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Either - or

Photo: Gullers, KW / Nordiska museet (CC BY-NC-ND)
Torgny Segerstedt,1940. Photo: Gullers, KW / Nordiska museet (CC BY-NC-ND)

"With this power of violence no peace can be made. Here, as I said, it is a matter of life. Everything can be tolerated, except this one thing: the stifling of freedom." - Torgny Segerstedt

The world still lives in the shadow of the Great War. It seems as if the millions of young men whose lives were sacrificed for nothing still sent the furies of vengeance to haunt the nations. No one and nothing seems to be able to confound the evil powers which have unleashed their wrath upon the world.

Very soon after the outbreak of the war, it was noticed that the culture which we thought had taken a firm hold of the people was not able to permeate their being. It faded away, and a form emerged which showed all too many of the traits we had believed to be buried in the tombs and coffins. The effect of the war itself was also felt in the growing crudeness and in the blunting of resistance. The ability to be outraged and disgusted by atrocities relaxed. The horrors grew over people's heads.

After the war, a relapse into political barbarism has gone hand in hand with a cultural degeneration. The crudest forms of misrule have risen from the basement vaults of the past and have spread their obscurity over public life. A political tyranny, the like of which can only be seen in the deepest periods of decay in the history of peoples, has blossomed.

It has not been depressing to find that such tendencies have persisted in the dregs of society. It was well known before. What was depressing was that great peoples, who had produced a rich spiritual culture, so easily fell prey to this revived straw man. The German people certainly gave the impression of being over-disciplined. Yet no one had thought that they would submit to anything, only a crude voice of command shouted out its commands.

And what has happened in Germany, Italy and Austria has been echoed, more or less, in many quarters. Theories are put forward to the effect that the dictates of business life, the blind self-assertion of instinct, are justified in themselves. The senseless is taken as the seal of vitality. The apollonically clear is condemned because it bears the stamp of moderation and reason. That which indulges in the unbridled play of forces in violence is hailed as the viable. The higher unity of the two is not sought, the dark forces that well up from the bowels of life and the form of right and truth that wit gives them in the daylight of thought.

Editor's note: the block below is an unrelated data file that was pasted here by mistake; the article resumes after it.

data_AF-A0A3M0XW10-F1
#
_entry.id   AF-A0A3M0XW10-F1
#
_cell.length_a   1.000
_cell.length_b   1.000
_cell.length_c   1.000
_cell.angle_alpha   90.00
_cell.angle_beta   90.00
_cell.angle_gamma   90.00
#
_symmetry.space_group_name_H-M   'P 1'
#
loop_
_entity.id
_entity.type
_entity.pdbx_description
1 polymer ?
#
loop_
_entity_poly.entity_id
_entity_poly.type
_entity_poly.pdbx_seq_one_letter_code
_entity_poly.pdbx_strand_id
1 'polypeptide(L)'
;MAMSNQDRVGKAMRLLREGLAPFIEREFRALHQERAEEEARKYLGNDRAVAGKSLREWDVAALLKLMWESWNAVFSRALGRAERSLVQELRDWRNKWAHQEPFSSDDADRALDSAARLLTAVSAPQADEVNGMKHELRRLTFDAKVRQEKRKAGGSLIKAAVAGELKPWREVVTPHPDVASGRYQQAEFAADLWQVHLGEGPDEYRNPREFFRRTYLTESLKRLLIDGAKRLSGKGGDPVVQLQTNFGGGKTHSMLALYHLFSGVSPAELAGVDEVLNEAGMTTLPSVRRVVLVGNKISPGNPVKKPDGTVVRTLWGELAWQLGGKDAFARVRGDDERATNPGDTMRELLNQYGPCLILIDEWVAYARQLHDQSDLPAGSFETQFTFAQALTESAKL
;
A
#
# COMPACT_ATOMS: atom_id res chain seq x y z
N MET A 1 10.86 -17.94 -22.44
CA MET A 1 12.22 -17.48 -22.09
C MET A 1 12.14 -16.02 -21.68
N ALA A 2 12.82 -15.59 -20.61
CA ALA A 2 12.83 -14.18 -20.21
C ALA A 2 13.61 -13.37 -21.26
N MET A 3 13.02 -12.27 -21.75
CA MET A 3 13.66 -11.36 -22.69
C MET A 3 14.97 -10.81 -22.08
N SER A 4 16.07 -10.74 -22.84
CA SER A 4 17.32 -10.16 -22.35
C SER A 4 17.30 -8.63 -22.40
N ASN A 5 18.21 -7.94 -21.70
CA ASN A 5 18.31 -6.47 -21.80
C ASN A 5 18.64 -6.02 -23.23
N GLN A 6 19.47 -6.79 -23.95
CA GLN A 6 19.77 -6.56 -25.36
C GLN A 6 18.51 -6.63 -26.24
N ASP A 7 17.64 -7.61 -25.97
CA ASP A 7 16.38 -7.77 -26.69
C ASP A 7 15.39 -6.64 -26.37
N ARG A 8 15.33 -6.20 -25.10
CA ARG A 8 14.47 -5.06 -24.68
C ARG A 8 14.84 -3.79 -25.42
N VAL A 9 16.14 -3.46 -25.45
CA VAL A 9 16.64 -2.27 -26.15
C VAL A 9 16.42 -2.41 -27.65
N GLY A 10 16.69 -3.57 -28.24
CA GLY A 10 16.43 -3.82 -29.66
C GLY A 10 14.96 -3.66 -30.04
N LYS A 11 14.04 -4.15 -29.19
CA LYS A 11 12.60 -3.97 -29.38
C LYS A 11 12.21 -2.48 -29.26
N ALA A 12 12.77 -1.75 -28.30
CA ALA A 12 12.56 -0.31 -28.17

This trend is a reflection of the renaissance of violence that has taken place in many parts of the world. Arbitrary power has settled in the highest court. Violence and domination have seized power and driven all freedom into flight. And these powers have then shrouded themselves in a haze of outdated romanticism, in the old enthusiasm for antiquity and blood relations, characteristic of the pretentious half-education.

This relapse into political barbarism has forced a regrouping on the battlefield of state life. The crowds that could fight each other because they all felt the ground of democracy under their feet have found themselves in the position of having to go out to defend this ground themselves. They have had to realize that there is one thing they hold sacred in common and that this very thing is threatened: liberty. The freedom to think and to express one's thoughts is above all else. It is the lifeblood of humanity. Without this atmosphere of freedom, spiritual life withers away. Men can do without everything, but not this. Where it is touched, there is what makes us human, there is what makes us moral, there is life. When violence seeks to consolidate its power and to lay its foundation in the clay of the river over which its building is to be erected, it always seeks to break down free thought. It muzzles the press, it buries free speech in dungeons, it tries to take the nerve out of the young's thinking by dressage. It preys on the human spirit itself.

With this power of violence no peace can be made. Here, as I said, it is a matter of life. Everything can be tolerated, except this one thing: the stifling of freedom. Freedom, of thought and word, is the lifeblood of human existence. When it is touched, all grumbling and all nagging about other things must cease. Those who understand what the battle is about, have to stand back to back. Only when the great, the one, the necessary, is once more assured, can disputes about worldly things once more take hold.

The River of Events has been drained of its old riverbed by the Great War. Dead falls stand there as memorials of silence over the rushing waters of the past. The river shall never again flow in its old channel. But its waves shall not therefore cease to roll on to the shoreless sea in which the river empties its waters. It flows up into the distant unknown and remains gone in an equally unknowable distance.

The only thing that gives substance and value to the life that flows with its waves is the freedom to look out over its waters, to see the sunbeams on the waves, the freedom to try to understand and to understand the limits of our knowledge, the right in a word to be human.

With those who assume this right, there is no reconciliation, no negotiation, no truce. In that strife there can be no pardon given and no pardon taken. Here is for or against, here is an irreconcilable either-or.

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